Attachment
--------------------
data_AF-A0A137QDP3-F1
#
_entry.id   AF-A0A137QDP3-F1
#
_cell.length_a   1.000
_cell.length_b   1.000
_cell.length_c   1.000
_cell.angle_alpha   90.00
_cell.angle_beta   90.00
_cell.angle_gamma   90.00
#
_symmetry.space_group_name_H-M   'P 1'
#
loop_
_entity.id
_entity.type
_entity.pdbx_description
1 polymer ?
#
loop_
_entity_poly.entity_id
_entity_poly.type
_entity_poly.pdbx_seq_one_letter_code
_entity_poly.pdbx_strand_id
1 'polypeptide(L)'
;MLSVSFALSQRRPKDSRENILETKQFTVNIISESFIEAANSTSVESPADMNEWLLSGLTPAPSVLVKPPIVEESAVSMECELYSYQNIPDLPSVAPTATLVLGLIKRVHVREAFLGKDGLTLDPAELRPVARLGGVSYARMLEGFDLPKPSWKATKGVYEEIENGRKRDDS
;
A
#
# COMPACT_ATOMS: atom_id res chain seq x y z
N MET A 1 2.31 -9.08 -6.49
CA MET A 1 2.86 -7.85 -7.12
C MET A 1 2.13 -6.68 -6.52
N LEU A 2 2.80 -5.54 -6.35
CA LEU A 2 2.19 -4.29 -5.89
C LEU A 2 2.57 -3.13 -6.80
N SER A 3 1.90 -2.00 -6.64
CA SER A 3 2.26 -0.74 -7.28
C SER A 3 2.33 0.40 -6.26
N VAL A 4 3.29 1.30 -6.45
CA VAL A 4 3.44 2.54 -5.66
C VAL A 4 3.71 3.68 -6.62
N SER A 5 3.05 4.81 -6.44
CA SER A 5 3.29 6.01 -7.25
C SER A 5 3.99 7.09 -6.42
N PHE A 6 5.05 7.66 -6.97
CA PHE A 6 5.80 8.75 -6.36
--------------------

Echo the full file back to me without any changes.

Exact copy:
data_AF-A0A137QDP3-F1
#
_entry.id   AF-A0A137QDP3-F1
#
_cell.length_a   1.000
_cell.length_b   1.000
_cell.length_c   1.000
_cell.angle_alpha   90.00
_cell.angle_beta   90.00
_cell.angle_gamma   90.00
#
_symmetry.space_group_name_H-M   'P 1'
#
loop_
_entity.id
_entity.type
_entity.pdbx_description
1 polymer ?
#
loop_
_entity_poly.entity_id
_entity_poly.type
_entity_poly.pdbx_seq_one_letter_code
_entity_poly.pdbx_strand_id
1 'polypeptide(L)'
;MLSVSFALSQRRPKDSRENILETKQFTVNIISESFIEAANSTSVESPADMNEWLLSGLTPAPSVLVKPPIVEESAVSMECELYSYQNIPDLPSVAPTATLVLGLIKRVHVREAFLGKDGLTLDPAELRPVARLGGVSYARMLEGFDLPKPSWKATKGVYEEIENGRKRDDS
;
A
#
# COMPACT_ATOMS: atom_id res chain seq x y z
N MET A 1 2.31 -9.08 -6.49
CA MET A 1 2.86 -7.85 -7.12
C MET A 1 2.13 -6.68 -6.52
N LEU A 2 2.80 -5.54 -6.35
CA LEU A 2 2.19 -4.29 -5.89
C LEU A 2 2.57 -3.13 -6.80
N SER A 3 1.90 -2.00 -6.64
CA SER A 3 2.26 -0.74 -7.28
C SER A 3 2.33 0.40 -6.26
N VAL A 4 3.29 1.30 -6.45
CA VAL A 4 3.44 2.54 -5.66
C VAL A 4 3.71 3.68 -6.62
N SER A 5 3.05 4.81 -6.44
CA SER A 5 3.29 6.01 -7.25
C SER A 5 3.99 7.09 -6.42
N PHE A 6 5.05 7.66 -6.97
CA PHE A 6 5.80 8.75 -6.36